Dak Prescott evokes strong reactions from Dallas Cowboys fans, specifically, and from NFL fans in general. To some, he’s a top-10 quarterback who might someday lead his team to a coveted Super Bowl title. To others, time is running out for the soon-to-be 30-year-old, who’s helmed one of the most storied franchises for seven years but has only two playoff victories to show for it.
With two years remaining on his contract, Prescott is at a crossroads with Dallas. It could be argued that he has one more season to prove he should remain their long-term starter. It also could be argued that if not for his 2020 season-ending injury, Prescott’s standing wouldn’t be so precarious.
Dak Prescott the Great
Let’s examine Prescott’s NFL prowess along two divergent tracks. The first showcases his greatness — how he’s elevated Dallas since taking over the starting job in 2016 as a 23-year-old rookie.
Prescott’s 2018 campaign is a prime example of why he’s earned such a generous contract extension. That year, he took a whopping 56 sacks, second only to Deshaun Watson’s 62. Before Amari Cooper arrived in Week 9, Prescott’s No. 1 receiver was 29-year-old journeyman Cole Beasley. Rookie Michael Gallup and post-prime Allen Hurns rounded out the wideout corps.
While Ezekiel Elliott dominated the backfield, Prescott worked his own magic on the ground, rushing 33 times for 203 yards (6.2 yards per carry) and a score. The team needed Prescott’s versatility, and he frequently delivered, making him one of the league’s most effective mobile quarterbacks.
Cooper’s arrival had a huge impact on this offense. But make no mistake: Prescott did more with less in the first half of that season than most quarterbacks, despite getting taken down again and again. Statistically, he was at his best on third downs, as well as in second halves.
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All eight of Prescott’s final wins — including a playoff victory in the opening round — were by a touchdown or less. His Pro Bowl nod that season was a testament to his greatness, as well as a sign of his impending loftier greatness.
And yes, it has been loftier, at least at times. Excluding the Cowboys’ meaningless Week 18 loss to Washington this past season, Dallas had scored 20+ points in 17 straight games where Prescott didn’t get knocked out (i.e. Week 1 of 2023). In fact, Dallas had scored 20+ in 28 of their previous 30 games with Prescott fully at the helm.
In one of those two sub-20-point efforts (against the Chiefs), Cooper sat on the COVID list, while CeeDee Lamb was removed in the first half after suffering a concussion.
The point is clear: With Prescott at quarterback, Dallas’ offense has been elite. Sure, we could praise Elliott and Tony Pollard, and we could qualify Prescott’s achievements by hyping his talented receivers in recent years. But many NFL QBs benefit from surrounding talent. The Cowboys’ consistent offensive prowess is notable, and Prescott merits a meaningful portion of the credit.
Impact of Prescott’s 2020 Season-Ending Injury
As terrific as Prescott has been, beginning in 2021, there were also signs of decline. I believe these signs can be traced back to his season-ending ankle injury in Week 5 of 2020.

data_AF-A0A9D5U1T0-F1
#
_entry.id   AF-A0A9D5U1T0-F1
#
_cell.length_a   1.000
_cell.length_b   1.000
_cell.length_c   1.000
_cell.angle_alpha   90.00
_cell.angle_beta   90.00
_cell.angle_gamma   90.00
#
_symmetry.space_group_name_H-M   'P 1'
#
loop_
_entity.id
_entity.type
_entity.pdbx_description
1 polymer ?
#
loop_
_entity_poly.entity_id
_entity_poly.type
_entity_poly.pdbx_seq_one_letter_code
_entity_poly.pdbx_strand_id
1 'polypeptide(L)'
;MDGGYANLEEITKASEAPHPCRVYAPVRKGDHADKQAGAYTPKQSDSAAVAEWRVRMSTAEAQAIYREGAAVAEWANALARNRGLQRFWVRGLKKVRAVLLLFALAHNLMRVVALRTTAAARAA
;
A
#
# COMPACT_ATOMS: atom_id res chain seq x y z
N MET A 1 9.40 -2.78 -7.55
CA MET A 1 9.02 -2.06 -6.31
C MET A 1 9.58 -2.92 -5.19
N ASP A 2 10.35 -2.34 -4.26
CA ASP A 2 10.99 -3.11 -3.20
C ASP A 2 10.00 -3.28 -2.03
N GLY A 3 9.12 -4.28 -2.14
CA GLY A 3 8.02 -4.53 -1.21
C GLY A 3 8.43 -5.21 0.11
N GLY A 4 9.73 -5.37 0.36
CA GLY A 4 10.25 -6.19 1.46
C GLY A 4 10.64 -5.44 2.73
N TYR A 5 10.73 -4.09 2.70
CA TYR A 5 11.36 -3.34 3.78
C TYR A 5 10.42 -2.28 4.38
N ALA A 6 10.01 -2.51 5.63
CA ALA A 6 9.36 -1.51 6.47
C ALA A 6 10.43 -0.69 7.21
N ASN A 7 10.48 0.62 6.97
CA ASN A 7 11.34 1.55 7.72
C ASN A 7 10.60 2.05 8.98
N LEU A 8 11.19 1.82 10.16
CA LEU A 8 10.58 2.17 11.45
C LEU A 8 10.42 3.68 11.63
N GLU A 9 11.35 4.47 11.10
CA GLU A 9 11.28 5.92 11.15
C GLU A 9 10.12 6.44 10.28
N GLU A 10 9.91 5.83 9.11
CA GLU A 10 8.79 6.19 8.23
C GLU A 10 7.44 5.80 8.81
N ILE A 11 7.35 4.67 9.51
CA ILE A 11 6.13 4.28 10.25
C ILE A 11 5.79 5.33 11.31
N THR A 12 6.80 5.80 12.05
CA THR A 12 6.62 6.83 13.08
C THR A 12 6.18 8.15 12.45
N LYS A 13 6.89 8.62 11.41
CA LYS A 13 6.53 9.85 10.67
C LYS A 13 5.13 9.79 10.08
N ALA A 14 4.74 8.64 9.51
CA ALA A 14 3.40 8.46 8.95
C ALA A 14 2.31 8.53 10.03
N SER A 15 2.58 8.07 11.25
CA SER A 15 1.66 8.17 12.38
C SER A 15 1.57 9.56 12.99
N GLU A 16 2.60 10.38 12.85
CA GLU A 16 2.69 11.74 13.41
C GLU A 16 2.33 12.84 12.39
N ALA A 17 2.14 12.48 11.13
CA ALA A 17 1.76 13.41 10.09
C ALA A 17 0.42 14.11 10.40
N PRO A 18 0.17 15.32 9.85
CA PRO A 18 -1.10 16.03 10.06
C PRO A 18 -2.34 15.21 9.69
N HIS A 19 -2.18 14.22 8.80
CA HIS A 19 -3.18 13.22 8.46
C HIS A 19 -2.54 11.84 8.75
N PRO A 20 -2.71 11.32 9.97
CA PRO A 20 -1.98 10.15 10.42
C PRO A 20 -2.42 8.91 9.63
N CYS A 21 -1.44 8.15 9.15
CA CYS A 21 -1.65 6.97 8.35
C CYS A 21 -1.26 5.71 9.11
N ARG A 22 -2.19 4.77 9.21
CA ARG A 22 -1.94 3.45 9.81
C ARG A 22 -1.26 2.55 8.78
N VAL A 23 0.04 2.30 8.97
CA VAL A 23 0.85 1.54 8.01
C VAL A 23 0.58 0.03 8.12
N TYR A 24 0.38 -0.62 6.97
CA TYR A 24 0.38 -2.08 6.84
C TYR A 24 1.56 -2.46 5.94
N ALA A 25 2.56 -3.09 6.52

Heading into that week against the Giants, Prescott was playing arguably the best football of his career, backed by a mostly youthful corps of locked-in offensive personnel.
Notably, Prescott’s first four games were against the eventual 10-6 Rams, 4-12 Falcons, 12-4 Seahawks, and 11-5 Browns. In other words, this wasn’t a cakewalk of an opening month. But Prescott completed 137 of 201 throws (68%) for 1,690 yards with nine TD passes and three interceptions. He also ran in three scores and averaged 5.4 yards per carry.
So entering Week 5, Prescott was on pace for 6,760 passing yards, or nearly 1,300 more than the all-time single-season record. And while he took a statistical step back that game before getting knocked out, Prescott led his team into the Giants’ red zone four times in six offensive possessions.
As he recovered that offseason from surgery, Dallas handed Prescott a contract that included the largest signing bonus in history up to that point ($66 million). The team believed in him. They were ready for a return to his pre-injury form.
However, I believe that form faded after Prescott got hurt. Dallas paid him as if he were one of the best in the game. And yes, I believe he was. But when Prescott returned in 2021, he was a little more tentative, especially in the running game, where he averaged only 3.0 ypc while collecting a mere 146 yards in 16 contests. Twenty quarterbacks racked up more rushing yards, including four who played less than half as many games.
And while he still shined through the air, this past year — with Cooper and Cedrick Wilson Jr. gone and Elliott barely treading water in the backfield — Prescott took a significant step back. In 12 contests, his completion percentage dipped to a three-year low while throwing a league-high 15 interceptions. Prescott’s rushing improved only modestly from the year before and was still comfortably below his career averages.
As the Philadelphia Eagles try to cement their standing as long-term NFC East frontrunners, the Cowboys and Prescott are nearing a crossroads. Was this franchise QB’s noticeable downturn in 2022 merely a bump in the road, or is it a sign of things to come? Can Prescott once again challenge defenses on the ground, or is he primarily a pocket passer depending increasingly on his receivers?
Prescott’s 2023 campaign likely will accomplish one of two things. It could quiet his doubters, setting up a 2024 offseason that might result in another sizable contract extension. Or it could pour water on his supporters, who understand that while Prescott is one of the greatest quarterbacks to put on a Cowboys uniform, he also might be on the downside of his career.